PointerClick here to read how BigLever's Gears Software Product Line tool helps developers take a factory approach to building software.

The genius sites a UML model as key to delivering an application that helps to solve a case. Indeed, Booch showed a clip of the show at the IBM Rational Software Development Conference in June.

However, Microsoft sees UML and its ilk as too hard and too heavy a process, and is working on delivering its own modeling technology.

S. "Soma" Somasegar, corporate vice president of Microsoft's Developer Division, said Microsoft has some incubation projects that focus on modeling. He expects to see fruit from those projects in the next six to 12 months, he said.

Somasegar said the modeling effort has been a pet project of Microsoft chairman Bill Gates. The company has put some of its best developers on the effort, including Don Box and Chris Anderson, who helped build the company's Microsoft Windows Communication Foundation, a key pillar of the .Net Framework 3.0.

Indeed, Box has referred to himself as Microsoft's chief modeling officer. On the notion of creating applications from models, Somasegar said, "We've had aspirations in this company for a long time. We've had aspirations saying, using business process modeling, we should be able to lay down a set of models and people have to deal with the models and, if they define the models right, then the applications pop out. So you really don't need to write code."

However, "That's really one extreme view of looking at it," Somasegar said. In certain domains, "we will be able to do that sooner than later," he added. "But I foresee people writing code for a long, long time, particularly in building business applications." But Microsoft has long talked about raising the abstraction level.

"What you had to write five to 10 years ago in terms of the number of lines of code for a particular application, today I am sure it is orders of magnitude less," Somasegar said. "We've abstracted, we've got frameworks, we've got controls, we've got this, and we've got that. And to me, modeling has taken the abstraction to a whole new level."

Somasegar would not go into specific detail on how Microsoft is approaching the issue of simplifying the model-driven development process. In general, though he said: "If you can have a central repository of models or a common way of working against models...then you can do a lot."

In short, Somasegar said Microsoft's developers believe "the platform has advanced enough and the tools have advanced enough, that we feel like we have an opportunity to go make some big steps forward in the model-driven development world. So we have a set of incubations going on and Don Box is one of the key guys, along with some others, who are working on this."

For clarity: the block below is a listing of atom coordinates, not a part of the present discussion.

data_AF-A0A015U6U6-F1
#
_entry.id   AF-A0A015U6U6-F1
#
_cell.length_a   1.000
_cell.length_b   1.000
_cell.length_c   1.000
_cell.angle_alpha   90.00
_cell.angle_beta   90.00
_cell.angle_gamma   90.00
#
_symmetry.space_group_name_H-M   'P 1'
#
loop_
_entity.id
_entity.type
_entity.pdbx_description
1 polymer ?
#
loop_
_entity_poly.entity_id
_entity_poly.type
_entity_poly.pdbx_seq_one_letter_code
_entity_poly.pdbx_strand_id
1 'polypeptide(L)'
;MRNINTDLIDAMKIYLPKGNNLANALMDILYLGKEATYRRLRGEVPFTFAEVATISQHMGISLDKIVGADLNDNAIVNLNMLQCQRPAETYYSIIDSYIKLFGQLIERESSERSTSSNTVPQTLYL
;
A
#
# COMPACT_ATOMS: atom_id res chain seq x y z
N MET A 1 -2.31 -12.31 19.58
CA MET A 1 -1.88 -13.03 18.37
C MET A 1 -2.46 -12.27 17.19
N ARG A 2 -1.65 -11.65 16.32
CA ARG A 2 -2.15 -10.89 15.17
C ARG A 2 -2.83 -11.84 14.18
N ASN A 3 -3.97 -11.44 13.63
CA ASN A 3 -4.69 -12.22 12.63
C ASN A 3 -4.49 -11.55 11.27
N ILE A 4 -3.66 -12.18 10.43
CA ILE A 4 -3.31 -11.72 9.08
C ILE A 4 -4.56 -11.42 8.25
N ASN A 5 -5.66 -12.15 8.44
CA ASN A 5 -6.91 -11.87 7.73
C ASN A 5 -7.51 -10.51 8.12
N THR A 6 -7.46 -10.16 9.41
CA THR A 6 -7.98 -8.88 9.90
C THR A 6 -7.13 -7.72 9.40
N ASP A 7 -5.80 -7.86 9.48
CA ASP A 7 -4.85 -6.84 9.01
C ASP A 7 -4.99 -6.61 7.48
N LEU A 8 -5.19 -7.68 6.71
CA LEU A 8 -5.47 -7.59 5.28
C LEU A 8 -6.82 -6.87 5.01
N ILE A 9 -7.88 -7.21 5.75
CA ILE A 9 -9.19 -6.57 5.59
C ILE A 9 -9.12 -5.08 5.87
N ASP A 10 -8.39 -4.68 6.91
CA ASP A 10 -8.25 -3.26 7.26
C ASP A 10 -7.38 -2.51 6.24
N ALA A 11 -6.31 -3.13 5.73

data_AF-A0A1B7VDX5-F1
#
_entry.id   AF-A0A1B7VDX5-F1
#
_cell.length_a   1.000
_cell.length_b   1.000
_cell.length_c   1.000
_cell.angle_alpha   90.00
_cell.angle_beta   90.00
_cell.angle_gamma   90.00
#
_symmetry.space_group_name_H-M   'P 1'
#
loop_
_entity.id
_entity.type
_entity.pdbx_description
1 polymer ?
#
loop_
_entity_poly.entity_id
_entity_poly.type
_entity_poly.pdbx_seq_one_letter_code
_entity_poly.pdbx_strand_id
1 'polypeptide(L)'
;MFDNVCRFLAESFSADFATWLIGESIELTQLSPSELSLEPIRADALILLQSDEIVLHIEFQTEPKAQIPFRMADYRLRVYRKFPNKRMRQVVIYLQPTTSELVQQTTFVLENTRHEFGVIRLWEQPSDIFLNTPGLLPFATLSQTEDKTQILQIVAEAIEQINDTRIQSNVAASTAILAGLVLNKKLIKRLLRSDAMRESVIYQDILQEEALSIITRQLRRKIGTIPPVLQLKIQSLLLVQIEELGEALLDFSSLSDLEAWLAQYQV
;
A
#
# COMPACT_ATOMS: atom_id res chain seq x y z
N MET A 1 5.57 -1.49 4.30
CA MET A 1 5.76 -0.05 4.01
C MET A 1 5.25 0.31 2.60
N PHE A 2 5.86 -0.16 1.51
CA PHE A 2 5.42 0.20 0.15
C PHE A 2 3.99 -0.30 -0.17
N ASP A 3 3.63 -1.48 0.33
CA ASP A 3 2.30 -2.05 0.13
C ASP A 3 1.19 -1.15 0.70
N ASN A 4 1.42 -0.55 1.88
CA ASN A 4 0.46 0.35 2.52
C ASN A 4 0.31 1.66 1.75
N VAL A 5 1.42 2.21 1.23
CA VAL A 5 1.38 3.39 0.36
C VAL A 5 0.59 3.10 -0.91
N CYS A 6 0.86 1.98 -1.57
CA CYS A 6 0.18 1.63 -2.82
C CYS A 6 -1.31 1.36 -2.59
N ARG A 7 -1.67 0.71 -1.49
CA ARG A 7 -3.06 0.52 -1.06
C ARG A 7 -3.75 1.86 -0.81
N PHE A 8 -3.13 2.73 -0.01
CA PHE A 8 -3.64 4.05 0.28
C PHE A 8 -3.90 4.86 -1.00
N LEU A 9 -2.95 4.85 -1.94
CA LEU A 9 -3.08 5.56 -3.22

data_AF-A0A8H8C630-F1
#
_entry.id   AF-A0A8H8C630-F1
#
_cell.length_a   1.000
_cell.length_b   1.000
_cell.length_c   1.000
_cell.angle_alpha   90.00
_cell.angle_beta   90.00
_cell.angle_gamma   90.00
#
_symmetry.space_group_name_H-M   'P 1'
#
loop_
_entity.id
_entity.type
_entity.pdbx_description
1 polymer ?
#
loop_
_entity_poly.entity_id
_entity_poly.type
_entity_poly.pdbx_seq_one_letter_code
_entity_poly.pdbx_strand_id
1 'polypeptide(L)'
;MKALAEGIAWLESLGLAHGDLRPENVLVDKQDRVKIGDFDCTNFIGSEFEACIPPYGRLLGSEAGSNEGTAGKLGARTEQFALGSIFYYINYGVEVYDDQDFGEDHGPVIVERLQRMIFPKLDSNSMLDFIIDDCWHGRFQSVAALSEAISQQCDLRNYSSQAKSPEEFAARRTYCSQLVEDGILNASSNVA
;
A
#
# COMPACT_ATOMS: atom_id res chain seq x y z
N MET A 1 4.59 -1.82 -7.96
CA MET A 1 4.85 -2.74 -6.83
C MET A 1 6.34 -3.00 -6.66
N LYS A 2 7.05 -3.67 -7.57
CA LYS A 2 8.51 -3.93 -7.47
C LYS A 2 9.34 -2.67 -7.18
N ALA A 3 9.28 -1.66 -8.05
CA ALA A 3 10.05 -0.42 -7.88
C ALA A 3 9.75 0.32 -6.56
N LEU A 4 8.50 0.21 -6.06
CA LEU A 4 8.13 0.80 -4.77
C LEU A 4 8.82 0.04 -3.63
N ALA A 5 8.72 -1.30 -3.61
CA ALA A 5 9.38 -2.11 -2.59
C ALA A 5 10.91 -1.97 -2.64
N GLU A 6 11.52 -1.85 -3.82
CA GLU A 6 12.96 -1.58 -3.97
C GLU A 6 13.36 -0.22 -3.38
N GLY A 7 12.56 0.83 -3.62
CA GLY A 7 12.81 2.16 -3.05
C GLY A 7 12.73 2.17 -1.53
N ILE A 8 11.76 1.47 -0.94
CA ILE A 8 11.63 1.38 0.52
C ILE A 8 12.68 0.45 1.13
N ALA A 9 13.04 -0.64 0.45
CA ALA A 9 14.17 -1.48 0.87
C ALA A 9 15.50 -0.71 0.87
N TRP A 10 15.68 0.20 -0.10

And Somasegar said he hopes to be able to display some early prototypes of what Microsoft has been working on within the next year.

In the meantime, Microsoft has been working on its Software Factories approach to enabling the generation of software for specific uses by following a factory-like approach. This is the company's implementation of the software product line method of development. IBM also has similar capabilities. The goal of all these approaches is to drastically increase productivity and promote more reuse of software components and models.

Modeling is not new, but the overall technology has never reached mass scale in terms of ease-of-use and flexibility. Some early attempts at modeling included the so-called CASE (Computer-Aided Software Engineering) tools and others.

"Modeling has existed for many years in fact," said Mark Driver, an analyst with Gartner Inc. "CASE did this with COBOL and C++ to a large degree. Oracle Designer has done this with Form for years as well," he said.

However, "the problem is that model driven development has been very limited in terms of flexibility and advanced application features," Driver said.

Today modeling is making a comeback through business process modeling schemes like Business Process Execution Language (BPEL) and business rules engines, "but in a tempered fashion," Driver said. "Also tools like Compuware's OptimalJ have done some nice things around MDA," he added.

Jeffrey Hammond, an analyst with Forrester Inc., said there are modeling tools that will generate 100 percent of your application code today.

"I've worked with and talked to customers who do this, and they see improved quality and higher productivity per developer as a result," Forrester said. However, these benefits do not come without cost though, he said.

"You need to put a lot of information into a model-driven tool before it will generate code — they have high activation energy," Hammond said. "Many organizations who would like to get to this point lack the organizational commitment to see it through. They start with a model driven approach, but when there is a problem with a code generator or the project is suffering from time pressure," he said. Frequently developers "will break into the generated code and modify it at the text level," he said.